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At Deadline

Congress Finishes Regulatory Reform

Congress put its final stamp on the financial regulatory overhaul Thursday, sending the reform package to President Obama for his signature.

The Senate, 60 to 39, approved the version completed by a conference committee formed last month to reconcile House and Senate versions. The House had approved the conference report June 30. The president is expected to sign the bill next week.

The bill's passage culminated what seemed like endless debate over the most sweeping overhaul in the financial sector since the Great Depression, and represented another major legislative victory for the administration.

Yet as lawmakers heralded the bill's passage, they highlighted the work that is still left up to the regulators to implement the measures.

"We have given the regulators a very detailed framework but I don't think it's up to us to go down to the micro management level. That's what they are there for," Sen. Jack Reed (D-R.I.), said at a press conference before the final vote. Sen. Carl Levin (D-Mich.), agreed the onus will next be on the regulatory agencies.


DOL to Require DC Plans To Disclose Fees in Writing

The Department of Labor issued an interim final rule on fee disclosure in 401(k) plans Thursday. The final Rule 408(b)2 relieves plan sponsors and their fund providers and consultants from having to share and store written documentation on disclosure obligations.

Nonetheless, each party must still make fee disclosures to the DOL and plan participants in writing.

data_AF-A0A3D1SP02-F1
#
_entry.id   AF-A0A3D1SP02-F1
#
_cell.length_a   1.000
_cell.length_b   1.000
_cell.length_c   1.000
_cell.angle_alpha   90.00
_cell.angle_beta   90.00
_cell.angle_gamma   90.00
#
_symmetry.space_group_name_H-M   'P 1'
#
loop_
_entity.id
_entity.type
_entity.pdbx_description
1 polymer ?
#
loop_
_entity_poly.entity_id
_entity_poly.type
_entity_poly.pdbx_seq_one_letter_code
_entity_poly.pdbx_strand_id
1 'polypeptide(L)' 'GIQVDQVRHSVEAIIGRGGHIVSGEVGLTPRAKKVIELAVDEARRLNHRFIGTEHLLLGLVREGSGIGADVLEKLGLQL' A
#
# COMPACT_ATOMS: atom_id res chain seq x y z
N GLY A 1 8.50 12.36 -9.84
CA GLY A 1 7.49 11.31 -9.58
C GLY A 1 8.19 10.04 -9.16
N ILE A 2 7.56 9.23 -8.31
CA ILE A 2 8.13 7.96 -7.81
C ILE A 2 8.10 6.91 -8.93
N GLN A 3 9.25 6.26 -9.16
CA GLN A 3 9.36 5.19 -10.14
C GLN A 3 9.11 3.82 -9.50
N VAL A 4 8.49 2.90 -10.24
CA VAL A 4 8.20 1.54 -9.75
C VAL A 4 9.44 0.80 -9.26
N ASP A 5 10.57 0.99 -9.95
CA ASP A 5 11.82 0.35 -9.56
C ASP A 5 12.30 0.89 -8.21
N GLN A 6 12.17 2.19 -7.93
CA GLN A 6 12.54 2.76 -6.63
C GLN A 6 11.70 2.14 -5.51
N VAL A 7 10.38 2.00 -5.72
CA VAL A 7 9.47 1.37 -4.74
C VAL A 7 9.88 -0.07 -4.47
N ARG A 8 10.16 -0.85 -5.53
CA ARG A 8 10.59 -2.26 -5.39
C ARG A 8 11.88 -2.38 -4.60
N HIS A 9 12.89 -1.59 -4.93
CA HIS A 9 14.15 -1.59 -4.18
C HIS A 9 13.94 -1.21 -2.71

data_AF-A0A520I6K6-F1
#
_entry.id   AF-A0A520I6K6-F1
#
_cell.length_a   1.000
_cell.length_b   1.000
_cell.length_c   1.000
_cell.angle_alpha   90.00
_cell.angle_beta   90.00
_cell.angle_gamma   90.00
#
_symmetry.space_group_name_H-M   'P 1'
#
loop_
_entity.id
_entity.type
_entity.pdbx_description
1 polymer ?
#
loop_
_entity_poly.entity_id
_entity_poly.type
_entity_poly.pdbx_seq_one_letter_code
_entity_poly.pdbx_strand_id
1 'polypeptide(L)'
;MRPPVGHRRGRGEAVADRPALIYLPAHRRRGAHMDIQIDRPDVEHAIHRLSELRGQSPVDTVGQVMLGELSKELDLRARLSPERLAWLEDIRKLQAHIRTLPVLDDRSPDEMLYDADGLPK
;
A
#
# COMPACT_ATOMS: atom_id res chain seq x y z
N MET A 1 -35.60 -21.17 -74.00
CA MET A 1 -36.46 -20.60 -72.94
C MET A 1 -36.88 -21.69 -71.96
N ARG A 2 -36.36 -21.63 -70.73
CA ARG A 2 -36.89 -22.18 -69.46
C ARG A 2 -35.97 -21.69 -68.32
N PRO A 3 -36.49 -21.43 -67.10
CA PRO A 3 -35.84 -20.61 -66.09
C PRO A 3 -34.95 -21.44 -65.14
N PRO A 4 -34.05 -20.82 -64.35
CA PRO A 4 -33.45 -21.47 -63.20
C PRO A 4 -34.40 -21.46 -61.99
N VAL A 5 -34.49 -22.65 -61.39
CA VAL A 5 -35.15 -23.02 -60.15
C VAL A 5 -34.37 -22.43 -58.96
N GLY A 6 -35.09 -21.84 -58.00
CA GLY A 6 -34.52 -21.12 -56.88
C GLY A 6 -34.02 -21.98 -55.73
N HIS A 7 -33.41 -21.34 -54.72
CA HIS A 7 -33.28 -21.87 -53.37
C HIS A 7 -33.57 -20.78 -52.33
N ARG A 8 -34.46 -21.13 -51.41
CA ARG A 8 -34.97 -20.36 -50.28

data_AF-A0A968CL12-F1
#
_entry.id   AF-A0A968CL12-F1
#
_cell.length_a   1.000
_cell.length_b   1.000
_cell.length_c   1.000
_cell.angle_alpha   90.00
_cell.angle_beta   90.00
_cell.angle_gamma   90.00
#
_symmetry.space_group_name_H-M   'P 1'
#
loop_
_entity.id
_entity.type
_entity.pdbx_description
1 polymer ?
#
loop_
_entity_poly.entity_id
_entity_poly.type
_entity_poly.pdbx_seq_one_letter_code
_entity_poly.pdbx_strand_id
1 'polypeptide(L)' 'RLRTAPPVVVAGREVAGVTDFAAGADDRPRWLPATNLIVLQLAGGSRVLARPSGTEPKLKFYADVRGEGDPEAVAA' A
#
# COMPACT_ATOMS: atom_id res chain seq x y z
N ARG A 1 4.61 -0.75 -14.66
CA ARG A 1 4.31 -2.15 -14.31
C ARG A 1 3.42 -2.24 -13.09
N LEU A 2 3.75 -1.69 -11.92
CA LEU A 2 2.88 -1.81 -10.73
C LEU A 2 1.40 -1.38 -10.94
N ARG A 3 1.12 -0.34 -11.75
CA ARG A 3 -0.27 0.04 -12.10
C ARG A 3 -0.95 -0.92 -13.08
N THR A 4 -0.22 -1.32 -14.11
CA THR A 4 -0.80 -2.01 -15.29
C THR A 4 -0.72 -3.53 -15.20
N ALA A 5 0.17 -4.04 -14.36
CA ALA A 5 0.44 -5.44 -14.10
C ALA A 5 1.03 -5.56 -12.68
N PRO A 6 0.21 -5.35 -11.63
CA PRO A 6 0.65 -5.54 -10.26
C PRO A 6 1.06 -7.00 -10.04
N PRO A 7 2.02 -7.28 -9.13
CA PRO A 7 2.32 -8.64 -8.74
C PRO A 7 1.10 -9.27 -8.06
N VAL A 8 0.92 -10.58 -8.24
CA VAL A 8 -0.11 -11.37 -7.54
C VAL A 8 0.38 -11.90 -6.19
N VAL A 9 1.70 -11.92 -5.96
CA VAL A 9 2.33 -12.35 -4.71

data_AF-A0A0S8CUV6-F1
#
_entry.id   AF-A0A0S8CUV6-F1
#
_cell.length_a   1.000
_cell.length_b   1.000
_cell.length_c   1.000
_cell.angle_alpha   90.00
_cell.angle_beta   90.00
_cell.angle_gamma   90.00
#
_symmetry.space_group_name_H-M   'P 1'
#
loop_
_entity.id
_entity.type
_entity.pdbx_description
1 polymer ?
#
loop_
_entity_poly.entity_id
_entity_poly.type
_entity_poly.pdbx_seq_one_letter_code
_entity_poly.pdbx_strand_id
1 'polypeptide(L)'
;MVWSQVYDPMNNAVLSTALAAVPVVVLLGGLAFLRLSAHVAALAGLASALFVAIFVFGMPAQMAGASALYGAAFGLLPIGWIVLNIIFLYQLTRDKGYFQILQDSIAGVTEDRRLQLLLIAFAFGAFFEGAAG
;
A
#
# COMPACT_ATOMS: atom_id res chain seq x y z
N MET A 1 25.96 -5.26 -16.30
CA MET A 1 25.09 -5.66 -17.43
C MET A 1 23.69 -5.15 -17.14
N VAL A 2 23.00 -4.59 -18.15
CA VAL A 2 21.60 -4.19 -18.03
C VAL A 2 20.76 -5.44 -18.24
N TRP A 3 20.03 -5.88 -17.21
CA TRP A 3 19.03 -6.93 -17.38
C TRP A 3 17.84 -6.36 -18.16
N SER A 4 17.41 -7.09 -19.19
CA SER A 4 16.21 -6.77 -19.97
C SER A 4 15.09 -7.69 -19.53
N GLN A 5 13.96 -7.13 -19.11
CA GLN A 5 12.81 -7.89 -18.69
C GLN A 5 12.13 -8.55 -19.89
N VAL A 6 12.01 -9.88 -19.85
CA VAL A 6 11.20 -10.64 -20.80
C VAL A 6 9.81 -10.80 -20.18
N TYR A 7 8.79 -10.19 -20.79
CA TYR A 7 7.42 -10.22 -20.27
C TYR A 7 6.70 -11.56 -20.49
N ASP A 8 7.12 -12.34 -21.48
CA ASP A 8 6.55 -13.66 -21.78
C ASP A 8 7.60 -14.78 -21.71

Meanwhile, the DOL is still working on how fees will be disclosed and the substance of that disclosure.

The interim final rule, which also treats pension plans and defined contribution plans differently than welfare plans, will take effect on July 16, 2011.


Aon in $4.9B Hewitt M&A

Looking to diversify it services portfolio, Chicago-based Aon Corp. is acquiring New York-based Hewitt Associates Inc. for $4.9 billion in cash and stock.

With the purchase, Aon acquires a HR consulting and outsourcing firm with more than 3,000 clients across the globe.


SEC Favors Blanket Fiduciary Standard

Securities and Exchange Commission Chairman Mary Schapiro said she personally backs a blanket fiduciary standard for advisers.

In a speech before the Society of Corporate Secretaries and Governance Professionals in Chicago, Schapiro said: "I have long advocated such a uniform fiduciary standard, and I am pleased the legislation would provide us with the rulemaking authority necessary to implement it," referring to the Dodd-Frank Wall Street Reform and Consumer Protection Act.

However, while Schapiro may be bullish on the agency's ability to promulgate a uniform fiduciary standard, that doesn't mean such a rule is in the bag. The SEC is charged with conducting a six-month study on the differences between the fiduciary standard under the Investment Advisers Act of 1940 and the suitability standard non-registered investment advisers are held to by FINRA, with the goal of recommending rules that would bridge troublesome gaps between the two.



Quote of the Week

"The recovery will take time. We just have to be patient and manage it carefully. I donlanket fiduciary standard for advisers.

-Jeffrey Lacker


Federal Reserve Bank of Richmond, Va.